Monthly Archives: October 2011

The Social Technologist

I’ve  known Christian Payne on twitter for a few years as @Documentally, the grandson of @granumentally and the father of @minimentally . We finally got to meet at the Do Lectures. Over  beers in the barn, I realised I had a lot to learn from him. This man wields social media like a freakin light saber. Never seen anything like it. Christian started off as a photojournalist and has never looked back, from vlogging for the British Council in Pakistan, to working alongside Reuters with  political leaders, to documenting the plight of Iraqi refugees for the UN. Using every medium out there, he describes himself as “eclectically equipped”. This Do Lectures storify is a great illustration of the richness of his storytelling.

THE LESSON: I feel I should answer these questions twice. Once for those who have kids and to whom I’ll not sound like a cliche and once again for those that don’t. I thought after watching my first child born it would be hard for me to be amazed at anything else. I was wrong. Last week I witnessed the birth of my second child and it was as if I my eyes had been temporarily taken out and scrubbed clean. Any filters I had been growing over the last couple of years had once again been removed and my appreciation of things was once again set to “Wow!” The biggest lesson I learned in this last year was that you never need to cease to be amazed at the world around you and this amazement reflects in everything you do.

THE BURNING QUESTION: I’m a Social Technologist. That’s a pretentious title I’ve settled on in order to package my skill set. Mobile media making, blogging, talking, teaching, are all things I do to earn a crust. For me to survive as a freelancer, to keep innovating, I’m armed with all kinds of questions. I ask one question more than any other. What’s the next big thing? This burning question has stayed the same ever since I decided to diversify as a photographer. The only fluctuation is in the translation of the word ‘big”.  Big used to mean most popular or most adopted means of communicating effectively. It might still mean that, but more importantly, values like ‘sustainable’ and ‘ethical’ are being added to the mix. I share, advise and educate in all forms of social technology and as a result am responsible for the message I propagate. When I look for the next big thing, I’m also aware that people in my field can easily become advocates of the things they share.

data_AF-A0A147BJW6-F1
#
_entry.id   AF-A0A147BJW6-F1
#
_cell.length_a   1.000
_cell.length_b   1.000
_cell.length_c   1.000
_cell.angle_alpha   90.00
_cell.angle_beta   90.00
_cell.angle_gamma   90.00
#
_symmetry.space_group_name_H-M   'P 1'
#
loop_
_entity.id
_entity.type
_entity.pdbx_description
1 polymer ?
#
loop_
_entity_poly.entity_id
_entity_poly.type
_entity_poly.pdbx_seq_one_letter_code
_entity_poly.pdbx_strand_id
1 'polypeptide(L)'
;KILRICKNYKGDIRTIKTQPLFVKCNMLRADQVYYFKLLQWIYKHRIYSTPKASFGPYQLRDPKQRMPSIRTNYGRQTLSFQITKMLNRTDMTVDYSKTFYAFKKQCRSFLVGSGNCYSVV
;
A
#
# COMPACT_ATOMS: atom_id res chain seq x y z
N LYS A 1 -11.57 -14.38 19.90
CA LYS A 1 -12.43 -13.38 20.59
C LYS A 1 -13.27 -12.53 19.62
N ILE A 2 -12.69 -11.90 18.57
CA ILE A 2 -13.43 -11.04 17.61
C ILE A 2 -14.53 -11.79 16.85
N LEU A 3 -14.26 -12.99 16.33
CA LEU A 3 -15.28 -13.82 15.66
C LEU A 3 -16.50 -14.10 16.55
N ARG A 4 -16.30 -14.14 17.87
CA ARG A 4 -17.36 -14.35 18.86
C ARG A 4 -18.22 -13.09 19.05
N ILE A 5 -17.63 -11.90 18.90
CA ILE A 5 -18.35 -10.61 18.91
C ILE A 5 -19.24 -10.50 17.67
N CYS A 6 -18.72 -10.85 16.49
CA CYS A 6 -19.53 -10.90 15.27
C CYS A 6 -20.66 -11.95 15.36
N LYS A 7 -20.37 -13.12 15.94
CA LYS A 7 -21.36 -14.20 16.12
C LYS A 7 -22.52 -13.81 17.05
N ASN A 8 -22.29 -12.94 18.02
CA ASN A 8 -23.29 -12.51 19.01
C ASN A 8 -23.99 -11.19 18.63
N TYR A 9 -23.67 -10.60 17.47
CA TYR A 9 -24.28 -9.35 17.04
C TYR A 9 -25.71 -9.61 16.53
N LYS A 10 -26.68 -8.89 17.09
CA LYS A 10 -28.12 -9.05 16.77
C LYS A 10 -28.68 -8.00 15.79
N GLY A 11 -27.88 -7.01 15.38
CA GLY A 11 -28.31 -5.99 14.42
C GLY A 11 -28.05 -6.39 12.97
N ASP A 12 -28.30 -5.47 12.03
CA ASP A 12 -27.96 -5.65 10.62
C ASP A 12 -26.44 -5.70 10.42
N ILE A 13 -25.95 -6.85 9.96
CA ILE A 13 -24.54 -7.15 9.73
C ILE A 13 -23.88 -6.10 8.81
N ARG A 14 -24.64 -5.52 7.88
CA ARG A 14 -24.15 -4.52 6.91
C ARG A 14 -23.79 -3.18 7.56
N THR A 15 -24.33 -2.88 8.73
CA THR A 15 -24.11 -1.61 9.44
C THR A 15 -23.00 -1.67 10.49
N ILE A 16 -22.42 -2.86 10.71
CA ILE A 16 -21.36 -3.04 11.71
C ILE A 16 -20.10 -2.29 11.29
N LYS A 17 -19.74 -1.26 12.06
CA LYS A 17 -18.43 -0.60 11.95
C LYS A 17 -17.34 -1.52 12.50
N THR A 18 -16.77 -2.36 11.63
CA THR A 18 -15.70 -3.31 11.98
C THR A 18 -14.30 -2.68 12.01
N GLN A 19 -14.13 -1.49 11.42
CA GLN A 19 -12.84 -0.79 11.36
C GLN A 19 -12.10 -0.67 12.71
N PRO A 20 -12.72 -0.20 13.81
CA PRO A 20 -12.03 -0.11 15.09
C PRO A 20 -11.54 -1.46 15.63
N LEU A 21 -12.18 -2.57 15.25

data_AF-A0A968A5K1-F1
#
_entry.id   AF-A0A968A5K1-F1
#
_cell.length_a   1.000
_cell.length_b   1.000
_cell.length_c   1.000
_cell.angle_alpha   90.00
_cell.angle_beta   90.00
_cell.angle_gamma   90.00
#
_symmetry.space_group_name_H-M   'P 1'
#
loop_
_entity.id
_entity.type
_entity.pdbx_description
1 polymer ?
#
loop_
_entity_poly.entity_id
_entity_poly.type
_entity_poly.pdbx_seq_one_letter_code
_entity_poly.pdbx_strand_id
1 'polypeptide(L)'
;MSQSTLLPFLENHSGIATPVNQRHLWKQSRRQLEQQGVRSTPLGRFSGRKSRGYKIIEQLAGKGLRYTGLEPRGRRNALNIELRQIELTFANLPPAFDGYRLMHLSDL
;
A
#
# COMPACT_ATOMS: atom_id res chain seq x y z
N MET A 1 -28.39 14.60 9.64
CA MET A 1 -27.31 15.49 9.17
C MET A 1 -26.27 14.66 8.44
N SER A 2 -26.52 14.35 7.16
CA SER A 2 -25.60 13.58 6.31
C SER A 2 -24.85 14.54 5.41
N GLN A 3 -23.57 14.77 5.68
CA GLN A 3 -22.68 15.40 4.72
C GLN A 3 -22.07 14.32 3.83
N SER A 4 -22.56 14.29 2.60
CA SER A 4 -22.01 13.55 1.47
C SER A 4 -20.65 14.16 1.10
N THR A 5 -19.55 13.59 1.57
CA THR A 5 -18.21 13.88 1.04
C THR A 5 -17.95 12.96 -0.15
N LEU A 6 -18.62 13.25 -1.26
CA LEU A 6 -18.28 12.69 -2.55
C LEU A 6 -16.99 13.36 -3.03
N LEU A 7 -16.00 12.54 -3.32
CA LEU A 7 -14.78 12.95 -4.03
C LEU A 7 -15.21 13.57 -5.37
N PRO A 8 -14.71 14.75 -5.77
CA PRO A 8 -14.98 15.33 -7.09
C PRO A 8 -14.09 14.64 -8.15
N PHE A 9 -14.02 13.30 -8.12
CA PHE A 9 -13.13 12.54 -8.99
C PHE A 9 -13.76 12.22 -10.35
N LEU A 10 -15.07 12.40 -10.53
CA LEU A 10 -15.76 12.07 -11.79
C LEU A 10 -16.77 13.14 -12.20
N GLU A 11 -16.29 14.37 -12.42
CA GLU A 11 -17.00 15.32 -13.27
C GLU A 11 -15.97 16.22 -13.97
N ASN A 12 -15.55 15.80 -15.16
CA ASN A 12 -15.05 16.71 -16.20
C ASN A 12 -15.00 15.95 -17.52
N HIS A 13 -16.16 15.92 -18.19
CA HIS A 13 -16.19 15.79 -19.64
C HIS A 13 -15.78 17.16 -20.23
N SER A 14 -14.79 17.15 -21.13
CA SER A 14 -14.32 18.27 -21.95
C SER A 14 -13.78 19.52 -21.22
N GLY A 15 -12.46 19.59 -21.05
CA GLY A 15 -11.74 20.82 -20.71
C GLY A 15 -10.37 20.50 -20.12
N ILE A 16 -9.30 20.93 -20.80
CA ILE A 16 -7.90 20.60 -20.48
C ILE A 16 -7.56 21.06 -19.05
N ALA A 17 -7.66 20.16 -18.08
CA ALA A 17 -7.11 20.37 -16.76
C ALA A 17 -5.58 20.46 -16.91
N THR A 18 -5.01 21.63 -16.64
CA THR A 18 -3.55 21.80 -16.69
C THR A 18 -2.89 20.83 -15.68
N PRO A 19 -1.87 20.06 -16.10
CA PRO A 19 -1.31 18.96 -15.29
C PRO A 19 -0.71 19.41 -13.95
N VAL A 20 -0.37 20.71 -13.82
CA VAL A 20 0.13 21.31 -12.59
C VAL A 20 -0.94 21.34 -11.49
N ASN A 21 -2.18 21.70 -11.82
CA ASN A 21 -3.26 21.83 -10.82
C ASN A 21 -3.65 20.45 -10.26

THE INSPIRATION: Apart from the birth of my little girl, the most inspiring thing I have seen this year was the virus like wonder that emanated from the Do Lectures. I go to hundreds of conferences but none came close to that spontaneous gathering in West Wales. You will see a number of articles online trying to fathom what it is that makes the Do Lectures so special as a meeting of minds, a sharing of ideas and a call to action. It’s quite simply the people. The journey they have been on and the journey they undertook to get to that place, at that time.

Inspiring people inspiring people. Who then headed out on their separate paths to do the same.

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The design storyteller

Leonora Oppenheim- where to start? She’s one of them with many strings to her bow. One of which is Creative Data, which is all about experiential storytelling. Twang. Another one of which is Elio Studio, a design communications practice. Twang. And then there’s her journalism for Treehugger and Coolhunting. Twang. Twang. Twang. I’ve worked alongside Leonora and love the craft of her storytelling and the way she approaches journalism as design.

THE LESSON: Listening to my instinct without trying to rationalise it. I have a tendency to over analyse questions in both my professional and personal life. Something I’m working on is listening to what kind of feeling I’m getting from a situation. What is my instinct telling me? In the past I have often overridden a sense of unease because I couldn’t translate that feeling clearly in my mind. Now I realise I don’t need to intellectually understand why I do or don’t want to do something. Our instinctive reaction is inherent knowledge, so rather than ignoring it and getting myself into trouble, I’m listening. Basically I’m learning to say no, which is a pretty vital skill if you want to stay sane and healthy.

THE BURNING QUESTION: Scale. How much is enough? There are loud voices in the field of sustainability who are rightly concerned about the speed of change we’re achieving. We need to move faster, they say, to avoid global catastrophe. There is a current obsession with digital because of its ability to scale, but with Creative Data. I am swimming against the tide. Our physical and spatial exhibitions are designed to work at a local level reaching hundreds of people at a time, not millions. I’m pursuing this route in the belief that we need to work with communities to help people emotionally engage with the issues and understand how climate change will directly affect their own lives. My question is: how can Creative Data projects have a large-scale impact while still working on deeper personal engagement in future landscapes? How can the physical and digital work together in this context? Tom Uglow, head of Google Creative Labs EMEA, recently said that the future of digital is physical, which boosted my confidence and made me smile.

THE INSPIRATION: There are so many extraordinarily exciting projects happening out there, I am inspired daily. But with respect to my “burning question” I think a brilliant realisation of local creativity with global reach is the work of French street artist JR. Addressing the theme of identity he uses large-scale photography of local people on an architectural scale in their communities. He works guerilla style, without permissions or corporate sponsorship. It’s fast, radical and provocative spatial intervention which creates powerful emotional reactions and a sense of pride in place.  He won the TED prize this year for his Inside Out  project, which scales up his personal work, allowing anyone in the world to transform their own identity into a community artwork by sending them enormous posters of their own portraits. The quote below is from his TED talk and resonates very clearly with me about the purpose of Creative Data.